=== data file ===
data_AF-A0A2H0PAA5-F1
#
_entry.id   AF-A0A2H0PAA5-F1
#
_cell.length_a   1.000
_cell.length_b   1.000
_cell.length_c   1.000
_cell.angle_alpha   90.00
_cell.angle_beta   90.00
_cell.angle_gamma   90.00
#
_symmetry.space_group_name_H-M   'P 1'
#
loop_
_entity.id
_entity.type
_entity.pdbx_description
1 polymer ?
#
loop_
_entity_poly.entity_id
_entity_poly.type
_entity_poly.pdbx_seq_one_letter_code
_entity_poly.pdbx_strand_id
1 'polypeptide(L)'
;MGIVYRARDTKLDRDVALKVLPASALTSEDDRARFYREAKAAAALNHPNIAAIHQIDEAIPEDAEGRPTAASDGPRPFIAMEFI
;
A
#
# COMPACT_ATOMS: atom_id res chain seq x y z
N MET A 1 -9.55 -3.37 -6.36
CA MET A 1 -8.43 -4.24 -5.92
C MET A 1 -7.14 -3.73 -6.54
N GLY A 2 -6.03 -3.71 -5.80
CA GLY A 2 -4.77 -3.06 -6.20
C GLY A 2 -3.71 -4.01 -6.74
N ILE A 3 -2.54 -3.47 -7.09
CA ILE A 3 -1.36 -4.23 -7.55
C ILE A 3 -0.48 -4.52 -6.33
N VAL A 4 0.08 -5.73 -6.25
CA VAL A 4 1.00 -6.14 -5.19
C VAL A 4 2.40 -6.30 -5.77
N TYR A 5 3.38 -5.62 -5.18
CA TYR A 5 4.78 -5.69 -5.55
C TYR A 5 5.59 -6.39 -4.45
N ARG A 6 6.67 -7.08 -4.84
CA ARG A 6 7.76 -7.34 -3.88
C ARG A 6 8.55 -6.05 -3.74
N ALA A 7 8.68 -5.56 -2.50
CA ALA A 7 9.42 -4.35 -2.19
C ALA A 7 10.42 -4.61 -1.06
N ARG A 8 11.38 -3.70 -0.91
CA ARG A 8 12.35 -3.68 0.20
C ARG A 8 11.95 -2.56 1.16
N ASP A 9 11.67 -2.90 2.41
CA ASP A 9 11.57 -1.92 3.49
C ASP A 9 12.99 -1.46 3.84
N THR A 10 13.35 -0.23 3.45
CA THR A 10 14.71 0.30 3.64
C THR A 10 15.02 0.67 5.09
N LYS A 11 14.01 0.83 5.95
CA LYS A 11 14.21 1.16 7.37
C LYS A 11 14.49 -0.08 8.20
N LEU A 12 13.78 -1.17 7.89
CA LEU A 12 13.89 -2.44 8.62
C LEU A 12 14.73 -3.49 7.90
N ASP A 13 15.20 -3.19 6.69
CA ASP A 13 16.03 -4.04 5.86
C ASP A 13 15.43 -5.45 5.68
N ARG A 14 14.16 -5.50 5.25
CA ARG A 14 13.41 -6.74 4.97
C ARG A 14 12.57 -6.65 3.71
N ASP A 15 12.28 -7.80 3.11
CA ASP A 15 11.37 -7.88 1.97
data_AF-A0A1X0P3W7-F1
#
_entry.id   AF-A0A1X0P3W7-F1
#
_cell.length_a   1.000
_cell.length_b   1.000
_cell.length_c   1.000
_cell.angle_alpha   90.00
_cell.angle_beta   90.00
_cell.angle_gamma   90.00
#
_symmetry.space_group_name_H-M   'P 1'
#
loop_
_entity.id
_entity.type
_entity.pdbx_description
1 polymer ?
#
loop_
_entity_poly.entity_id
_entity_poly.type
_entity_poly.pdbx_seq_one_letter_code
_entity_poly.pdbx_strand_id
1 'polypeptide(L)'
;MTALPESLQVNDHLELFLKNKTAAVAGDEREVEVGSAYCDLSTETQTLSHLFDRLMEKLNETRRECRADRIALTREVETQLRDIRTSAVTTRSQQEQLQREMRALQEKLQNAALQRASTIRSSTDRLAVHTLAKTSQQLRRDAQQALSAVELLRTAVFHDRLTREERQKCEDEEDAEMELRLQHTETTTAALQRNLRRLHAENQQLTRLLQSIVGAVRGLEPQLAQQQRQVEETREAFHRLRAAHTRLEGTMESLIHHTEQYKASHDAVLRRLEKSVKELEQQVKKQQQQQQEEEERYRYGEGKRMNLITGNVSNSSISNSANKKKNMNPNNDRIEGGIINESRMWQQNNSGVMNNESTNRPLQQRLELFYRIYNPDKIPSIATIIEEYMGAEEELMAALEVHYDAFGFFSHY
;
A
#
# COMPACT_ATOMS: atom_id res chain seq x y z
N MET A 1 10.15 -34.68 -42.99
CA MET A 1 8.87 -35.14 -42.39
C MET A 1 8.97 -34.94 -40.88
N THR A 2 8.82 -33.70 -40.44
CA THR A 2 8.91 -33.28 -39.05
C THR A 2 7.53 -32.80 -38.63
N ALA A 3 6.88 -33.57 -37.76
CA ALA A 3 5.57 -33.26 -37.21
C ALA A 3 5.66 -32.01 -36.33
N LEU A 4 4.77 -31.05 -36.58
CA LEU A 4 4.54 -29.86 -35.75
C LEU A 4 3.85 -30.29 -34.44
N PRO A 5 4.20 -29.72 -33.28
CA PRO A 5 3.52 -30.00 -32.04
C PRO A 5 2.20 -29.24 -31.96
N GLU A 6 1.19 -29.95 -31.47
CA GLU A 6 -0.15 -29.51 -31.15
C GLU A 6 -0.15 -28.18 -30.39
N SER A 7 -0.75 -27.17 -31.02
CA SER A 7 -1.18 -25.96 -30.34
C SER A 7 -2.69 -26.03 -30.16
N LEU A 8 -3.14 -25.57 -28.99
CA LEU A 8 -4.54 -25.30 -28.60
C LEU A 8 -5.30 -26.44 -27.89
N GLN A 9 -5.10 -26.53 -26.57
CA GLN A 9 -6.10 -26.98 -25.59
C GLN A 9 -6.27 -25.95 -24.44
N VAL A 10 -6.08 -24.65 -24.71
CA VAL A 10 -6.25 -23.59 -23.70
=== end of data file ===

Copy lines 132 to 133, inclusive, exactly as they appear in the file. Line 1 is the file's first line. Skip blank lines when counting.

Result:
N VAL A 10 -6.08 -24.65 -24.71
CA VAL A 10 -6.25 -23.59 -23.70